**Obviously, serious athletes should always try and seek out a trainer in the off-season (or sometimes even year-round, if possible). But, for some it’s just not an option due to various factors. For those with a trainer, you may never have to worry about all this complex stuff. More power to you!

Be a beast. 




Move to the beat of your own drum.






Adding Sprinting to your Strength Training

While sprinting has been around since the dawn of man, only in the past few years has it really taken off as true fitness trend. In other words, it was either what we did to kill our dinner in prehistoric times, or it was a modern athletic competition. Only recently have we realized that doing sprint work for our interval training is a tremendously effective way to get/stay lean, enhance mobility, improve athleticism, and prepare ourselves for the demands that life throws our way.

Obviously, if you haven’t even gone for a jog in recent years, it would be unwise to go out and start doing high intensity sprints tomorrow. There are some things you will want to nail down before sprinting: mobility, good tissue quality, and strength.

Be sure that you have no problem completing simple stretches before you begin sprinting. Good examples of this are a hip flexor stretch in a lunge position and a downward dog yoga pose.  These both require flexibility either in the hips, hamstrings, or the thoracic spine, which all play a role in sprinting. 

DO NOT sprint at 100% intensity right away. This may be common sense to some, but it still needs to be reiterated! Sprint work does not have to be at 100% in order to gain benefits from it.  Most sprinting should be in the 70-90% range.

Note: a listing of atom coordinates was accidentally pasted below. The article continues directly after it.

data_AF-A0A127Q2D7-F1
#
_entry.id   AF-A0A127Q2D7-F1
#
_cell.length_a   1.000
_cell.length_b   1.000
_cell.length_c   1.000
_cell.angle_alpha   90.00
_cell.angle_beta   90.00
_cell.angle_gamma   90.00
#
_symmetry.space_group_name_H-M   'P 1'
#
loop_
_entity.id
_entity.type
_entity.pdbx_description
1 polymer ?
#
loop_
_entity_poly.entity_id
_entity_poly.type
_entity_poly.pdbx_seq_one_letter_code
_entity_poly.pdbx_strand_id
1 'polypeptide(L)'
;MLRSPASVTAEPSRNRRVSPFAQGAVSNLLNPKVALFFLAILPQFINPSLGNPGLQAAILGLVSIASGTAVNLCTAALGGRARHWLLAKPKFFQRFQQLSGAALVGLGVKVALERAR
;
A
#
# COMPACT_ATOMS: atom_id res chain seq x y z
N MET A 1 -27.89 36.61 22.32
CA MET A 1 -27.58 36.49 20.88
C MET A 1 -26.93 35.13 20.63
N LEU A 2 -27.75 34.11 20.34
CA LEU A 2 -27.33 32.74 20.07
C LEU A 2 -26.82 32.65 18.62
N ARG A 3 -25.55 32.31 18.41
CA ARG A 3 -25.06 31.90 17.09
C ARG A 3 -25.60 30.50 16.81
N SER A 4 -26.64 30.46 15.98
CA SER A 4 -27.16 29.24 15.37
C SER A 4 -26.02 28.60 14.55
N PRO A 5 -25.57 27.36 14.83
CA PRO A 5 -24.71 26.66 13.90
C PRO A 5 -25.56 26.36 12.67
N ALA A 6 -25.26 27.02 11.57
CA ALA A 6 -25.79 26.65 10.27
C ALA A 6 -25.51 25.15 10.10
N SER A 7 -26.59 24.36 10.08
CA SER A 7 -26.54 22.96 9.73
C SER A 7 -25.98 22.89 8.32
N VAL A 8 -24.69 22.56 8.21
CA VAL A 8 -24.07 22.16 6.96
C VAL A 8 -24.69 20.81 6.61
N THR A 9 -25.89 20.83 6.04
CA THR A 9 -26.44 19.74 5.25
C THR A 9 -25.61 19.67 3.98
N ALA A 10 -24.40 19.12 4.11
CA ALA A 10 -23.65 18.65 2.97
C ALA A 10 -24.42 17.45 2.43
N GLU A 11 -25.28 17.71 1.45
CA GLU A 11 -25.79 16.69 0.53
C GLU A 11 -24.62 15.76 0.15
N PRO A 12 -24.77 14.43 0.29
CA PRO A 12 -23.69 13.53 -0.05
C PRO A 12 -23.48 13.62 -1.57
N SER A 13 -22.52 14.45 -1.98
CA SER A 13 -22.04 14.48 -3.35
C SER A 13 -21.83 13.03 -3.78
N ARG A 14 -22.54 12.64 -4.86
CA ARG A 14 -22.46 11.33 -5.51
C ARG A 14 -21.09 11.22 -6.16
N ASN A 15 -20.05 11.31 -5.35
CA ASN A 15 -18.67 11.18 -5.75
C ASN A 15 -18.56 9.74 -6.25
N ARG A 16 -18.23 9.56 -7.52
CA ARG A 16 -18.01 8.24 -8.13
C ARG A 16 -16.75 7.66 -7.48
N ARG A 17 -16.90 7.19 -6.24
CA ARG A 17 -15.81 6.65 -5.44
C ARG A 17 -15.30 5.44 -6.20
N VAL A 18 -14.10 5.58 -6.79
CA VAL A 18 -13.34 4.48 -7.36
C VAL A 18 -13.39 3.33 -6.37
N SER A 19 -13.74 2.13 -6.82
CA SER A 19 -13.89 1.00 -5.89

If and when sprinting days become part of your workout program, two days a week is plenty of work to derive benefits. Don’t let the sessions last longer 30-45min, and that includes the resting in between sets. Also, no other lifting should be taking place on these days. One or two days should be set aside throughout the week, on non-consecutive days.

At first, you should avoid sprinting through fatigue in your workouts. Fatigue can cause breaks in form during sprinting that can lead to hamstring, calf, or even achilles injuries. Once you feel that you are using great form and have been conditioned quite a bit, sprinting through some fatigue is necessary. Fat-loss can still be seen when not sprinting through serious fatigue.

Don’t go out and sprint on pavement. Pavement can cause lower extremity injuries because of the unforgiving surface that it poses. Choose between artificial turf, grass, or a track surface!

Here is a great day-by-day cycle of where to incorporate sprinting. This kind of program would only be suitable for athletes or experienced lifters due to the volume of training (6 days), but anyone can get the idea of where sprinting should be placed. 

Mon: Lower body strength training

Tues: Upper body strength training

Wed: Sprint work

Thurs: Lower body strength training

Fri: Upper body strength training

Sat: Sprint Work

Sun: OFF

The benefits of using high intensity interval sprints is undeniable, and as of late, the research supporting this has really taken off. So if you’re looking to build lean muscle and trim off body fat, you may want to ditch the slow, long distance runs and try out sprint work. I believe you will be pleased with the results.




Move to the beat of your own drum.